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Kaua‘i DOCARE presence nearly doubles as 41 new officers commissioned

LIHU‘E — The state Department of Land and Natural Resources significantly bolstered its ranks on Monday, as 41 new Division of Conservation and Resources Enforcement officers were deployed for their first assignments.

This academy of recruits is DOCARE’s largest since its training academy began in 2018. All 41 graduates have spent the last eight months training in both general law enforcement lessons and DOCARE-specific, environmentally focused skills, such as wildlife identification and off-road vehicle operations.

“If you combine the skills of a police officer, game warden, park ranger, marine patrol officer, educator, medic and counselor, that’s a DOCARE officer,” said DLNR DOCARE chief Jason Redulla.

“These officers have a broad skill set, and the academy was the vehicle to get them equipped so they can best serve Hawai‘i in protecting its natural and cultural resources.”

DOCARE officers have full state police powers, although their efforts are concentrated on protecting Hawai‘i’s natural and cultural resources. The new recruits will now split their work between state lands and parks, conservation districts and historical sites, and county ordinances, as well as state shores.

“To the visitor mindset, Hawai‘i’s natural resources are elements of paradise — clear ocean waters, sandy beaches, warm sun, tropical fish,” said DOCARE LT. Carlton Helm, who led the academy. “Without the resources, little by little, we start to lose that identity. (These officers) are committed to our communities and to protecting our resources.”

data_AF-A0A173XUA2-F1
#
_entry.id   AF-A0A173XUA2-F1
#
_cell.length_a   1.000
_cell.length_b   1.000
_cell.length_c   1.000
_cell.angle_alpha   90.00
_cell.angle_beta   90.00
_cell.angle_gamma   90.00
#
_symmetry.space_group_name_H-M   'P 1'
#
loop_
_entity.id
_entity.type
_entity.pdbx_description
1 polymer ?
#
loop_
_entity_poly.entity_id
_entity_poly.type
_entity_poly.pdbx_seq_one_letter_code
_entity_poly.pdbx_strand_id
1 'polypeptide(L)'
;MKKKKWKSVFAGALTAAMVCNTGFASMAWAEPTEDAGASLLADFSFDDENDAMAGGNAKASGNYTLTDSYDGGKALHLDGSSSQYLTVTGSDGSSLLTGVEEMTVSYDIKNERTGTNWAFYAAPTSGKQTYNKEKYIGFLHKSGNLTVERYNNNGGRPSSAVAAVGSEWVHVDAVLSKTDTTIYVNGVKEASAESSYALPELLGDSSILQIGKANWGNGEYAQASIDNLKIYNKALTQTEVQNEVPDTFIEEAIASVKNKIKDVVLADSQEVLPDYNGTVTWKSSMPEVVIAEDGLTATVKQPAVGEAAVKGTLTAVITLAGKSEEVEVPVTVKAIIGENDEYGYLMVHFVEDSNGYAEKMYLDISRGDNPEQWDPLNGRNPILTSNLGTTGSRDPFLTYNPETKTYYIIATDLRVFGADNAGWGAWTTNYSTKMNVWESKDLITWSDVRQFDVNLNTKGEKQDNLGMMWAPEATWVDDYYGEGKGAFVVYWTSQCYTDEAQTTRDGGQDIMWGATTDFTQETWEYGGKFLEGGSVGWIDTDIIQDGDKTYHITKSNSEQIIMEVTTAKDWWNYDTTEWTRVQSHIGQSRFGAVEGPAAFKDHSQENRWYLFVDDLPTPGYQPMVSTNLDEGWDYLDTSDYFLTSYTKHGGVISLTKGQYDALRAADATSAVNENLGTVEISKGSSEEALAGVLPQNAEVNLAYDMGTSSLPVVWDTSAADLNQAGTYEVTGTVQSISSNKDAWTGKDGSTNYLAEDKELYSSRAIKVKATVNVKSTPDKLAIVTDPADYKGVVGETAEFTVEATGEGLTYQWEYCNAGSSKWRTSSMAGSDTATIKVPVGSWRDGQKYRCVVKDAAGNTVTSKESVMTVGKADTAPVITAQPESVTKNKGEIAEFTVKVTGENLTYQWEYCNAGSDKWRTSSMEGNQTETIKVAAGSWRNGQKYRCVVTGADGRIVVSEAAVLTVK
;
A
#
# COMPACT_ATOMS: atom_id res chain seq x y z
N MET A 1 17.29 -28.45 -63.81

Prior to the academy’s most recent graduation, the DLNR had only 54 officers scattered between Kaua‘i, O‘ahu, Hawai‘i Island and Maui. With the addition of 41 new officers, Redulla is confident DOCARE’s increased presence and impact will be felt immediately.

“What this class will do is change that tide to where, instead of being reactive, we can be more proactive,” Redulla said. “It’s been difficult living up to the expectations of what the public demands from us, and that’s going to change with this recruit class going into the field.”

On Kaua‘i, new recruits have nearly doubled DOCARE’s staff from seven to 13, as officers Christian Gayagas, Benjamin Kuhaulua IV, Micah Layosa, Hina Makanani, Tai Ofisa and Cameron Shayler join their ranks.

With almost twice as many officers, the DOCARE Kaua‘i branch plans to prioritize law enforcement operations along the Napali Coast State Wilderness Park, as well as an increased presence at Polihale State Park.

“The fact that it’s a very well-used recreational area, we do need to get more people out there — especially on the weekends when it’s used by the public the most,” Redulla said of Polihale.

While all 41 new officers graduated from the DOCARE academy, their training is not over yet. Across all four islands, the new recruits now must spend the next three months under the guidance of a veteran officer before they’re able to become independent officers themselves.

“Learning in a classroom is one thing,” Helm said. “Having role players and stopping to provide remedial training for the sake of recruit development is good. But in the real world, there are no time-outs. That’s where the seasoned officers come in — to provide support, safety and proper direction if need be.”


Jackson Healy, reporter, can be reached at 808-647-4966 or
Source: The Garden Island

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